There’s a lot of talk about whether or not the Canucks are “Canada’s team” lately, given that they’re the last remaining Canadian team in the playoffs and the fact that a Canadian based team has not won the Stanley Cup since 1993. So are they Canada’s team? Do we care?
With their thrilling 3-2 game 7 victory over the Detroit Red Wings, the San Jose Sharks avoided a collapse of epic proportions and booked a ticket to Vancouver for the Western Conference final. Sharks… Canucks… Get excited Vancouver!
Carrie Underwood. That is all. [nggallery id=2]
It wasn’t a picture perfect win, but it was a win nonetheless Monday night at Bridgestone Arena in Nashville. The Canucks limited the Predators chances, en route to a gritty 2-1 win. Usually I’m not a big fan of sitting on a one goal lead for long periods of time, but if there ever was a time to do it, it was game 6 in Nashville. The ice surface was so poor that it was very difficult to make complete passes and hold pucks in the offensive zone. The puck looked like a bouncy ball out there, hopping and skipping around all over the place.
I’m sure you’ve heard by now, Henrik Sedin has 1 goal (an empty netter) in his last 18 games. Daniel Sedin has not scored since the Chicago series. Their plus-minus is a combined -14 in the postseason. Mason Raymond has zero goals.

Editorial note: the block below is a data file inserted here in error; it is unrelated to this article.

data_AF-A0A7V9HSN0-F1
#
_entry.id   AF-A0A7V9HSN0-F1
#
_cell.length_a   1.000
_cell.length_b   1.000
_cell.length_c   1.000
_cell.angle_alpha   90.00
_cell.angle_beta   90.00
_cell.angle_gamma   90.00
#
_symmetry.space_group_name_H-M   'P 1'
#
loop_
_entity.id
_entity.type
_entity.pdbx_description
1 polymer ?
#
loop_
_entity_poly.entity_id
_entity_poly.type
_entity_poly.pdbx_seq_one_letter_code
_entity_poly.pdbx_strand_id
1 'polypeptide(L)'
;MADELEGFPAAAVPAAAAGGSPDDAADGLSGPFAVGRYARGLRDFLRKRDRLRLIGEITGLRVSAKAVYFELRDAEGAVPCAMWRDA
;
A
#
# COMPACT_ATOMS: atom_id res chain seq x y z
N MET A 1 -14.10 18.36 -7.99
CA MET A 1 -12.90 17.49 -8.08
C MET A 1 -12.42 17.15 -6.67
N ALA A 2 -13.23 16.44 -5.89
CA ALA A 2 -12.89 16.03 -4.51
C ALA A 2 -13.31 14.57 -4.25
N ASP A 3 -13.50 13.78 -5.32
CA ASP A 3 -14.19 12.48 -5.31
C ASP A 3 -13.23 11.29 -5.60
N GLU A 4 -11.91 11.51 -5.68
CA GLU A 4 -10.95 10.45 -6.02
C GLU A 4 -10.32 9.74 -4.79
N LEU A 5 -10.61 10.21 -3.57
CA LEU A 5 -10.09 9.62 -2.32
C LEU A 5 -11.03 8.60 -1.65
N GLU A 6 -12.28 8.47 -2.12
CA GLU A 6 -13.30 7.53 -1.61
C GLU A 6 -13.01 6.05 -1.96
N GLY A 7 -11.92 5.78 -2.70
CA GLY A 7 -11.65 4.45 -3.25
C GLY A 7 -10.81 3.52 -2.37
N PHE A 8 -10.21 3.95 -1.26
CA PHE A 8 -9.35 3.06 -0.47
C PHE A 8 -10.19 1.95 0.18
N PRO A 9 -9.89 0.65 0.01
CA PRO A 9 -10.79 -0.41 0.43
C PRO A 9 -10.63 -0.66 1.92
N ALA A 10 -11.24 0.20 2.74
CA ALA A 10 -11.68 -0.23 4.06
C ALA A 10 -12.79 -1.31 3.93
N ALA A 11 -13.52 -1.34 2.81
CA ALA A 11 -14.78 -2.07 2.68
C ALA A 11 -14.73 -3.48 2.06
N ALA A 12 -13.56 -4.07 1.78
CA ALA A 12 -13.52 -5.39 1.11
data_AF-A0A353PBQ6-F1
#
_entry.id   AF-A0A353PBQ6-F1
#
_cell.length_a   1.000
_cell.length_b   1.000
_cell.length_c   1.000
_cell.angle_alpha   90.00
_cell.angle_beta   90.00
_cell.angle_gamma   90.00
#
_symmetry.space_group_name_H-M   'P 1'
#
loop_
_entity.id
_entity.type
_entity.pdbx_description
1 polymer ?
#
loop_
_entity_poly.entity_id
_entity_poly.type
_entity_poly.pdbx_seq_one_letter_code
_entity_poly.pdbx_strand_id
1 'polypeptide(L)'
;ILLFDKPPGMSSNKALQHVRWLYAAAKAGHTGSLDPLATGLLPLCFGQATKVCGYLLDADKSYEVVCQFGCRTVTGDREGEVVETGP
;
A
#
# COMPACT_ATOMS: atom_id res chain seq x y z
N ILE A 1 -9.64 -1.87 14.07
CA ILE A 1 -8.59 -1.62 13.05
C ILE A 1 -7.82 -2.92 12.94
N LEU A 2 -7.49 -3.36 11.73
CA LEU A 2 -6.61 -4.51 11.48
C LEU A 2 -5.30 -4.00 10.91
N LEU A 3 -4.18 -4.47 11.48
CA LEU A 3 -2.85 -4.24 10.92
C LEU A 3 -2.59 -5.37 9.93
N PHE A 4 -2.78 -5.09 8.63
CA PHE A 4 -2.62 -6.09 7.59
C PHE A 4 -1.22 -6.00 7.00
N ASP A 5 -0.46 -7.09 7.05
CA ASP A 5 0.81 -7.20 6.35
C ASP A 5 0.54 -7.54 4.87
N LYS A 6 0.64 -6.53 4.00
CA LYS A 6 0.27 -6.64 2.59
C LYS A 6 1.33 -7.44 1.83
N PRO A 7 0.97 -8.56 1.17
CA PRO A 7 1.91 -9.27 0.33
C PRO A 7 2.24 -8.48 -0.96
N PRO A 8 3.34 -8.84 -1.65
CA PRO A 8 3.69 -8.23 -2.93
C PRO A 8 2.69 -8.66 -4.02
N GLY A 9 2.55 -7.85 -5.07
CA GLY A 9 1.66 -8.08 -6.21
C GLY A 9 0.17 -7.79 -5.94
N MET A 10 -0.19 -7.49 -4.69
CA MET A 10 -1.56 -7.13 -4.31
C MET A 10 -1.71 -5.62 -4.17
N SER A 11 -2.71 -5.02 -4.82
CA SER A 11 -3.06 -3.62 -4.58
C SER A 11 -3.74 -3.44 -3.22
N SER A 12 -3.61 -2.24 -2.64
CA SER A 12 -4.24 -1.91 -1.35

It’s a cliché, but it’s true: your best players need to be your best players. That’s exactly what is carrying the Canucks right now, as they lead the Nashville Predators 3-1 and are one win away from advancing to the conference finals for the first time since 1994.
Head coach Alain Vigneault tipped his hand on a few key adjustments at practice designed to improve the Canucks chances for a victory in game 3. Scoring two goals in 8 periods of hockey will do lend itself to that.
As the second round begins Thursday evening, here’s a few quick hits on what to watch for as the Canucks try to move on to the third round for the first time since 1994…
The biggest game the Canucks franchise has played since game 7 of the 1994 Stanley Cup finals did not disappoint on Tuesday night. It wasn’t easy, but the Canucks finally got their revenge over their arch rivals, the Chicago Blackhawks. It took good goaltending from Roberto Luongo, a smart defensive corps and a gritty effort by their forwards to edge the Blackhawks, 2-1 in overtime.
I’ve been to two game sevens now. My record stands at .500, but both times, a flair for the dramatic has kept Canucks fans’ hearts pumping non-stop, clammy hands clenched, and knees and feet shaking uncontrollably. My first game seven was in 2004, when the Canucks played the Flames (the game where Matt Cooke scored shorthanded with five seconds left, only to have the Flames respond on the same PP in OT), but that will have to wait for another time. My second, was tonight.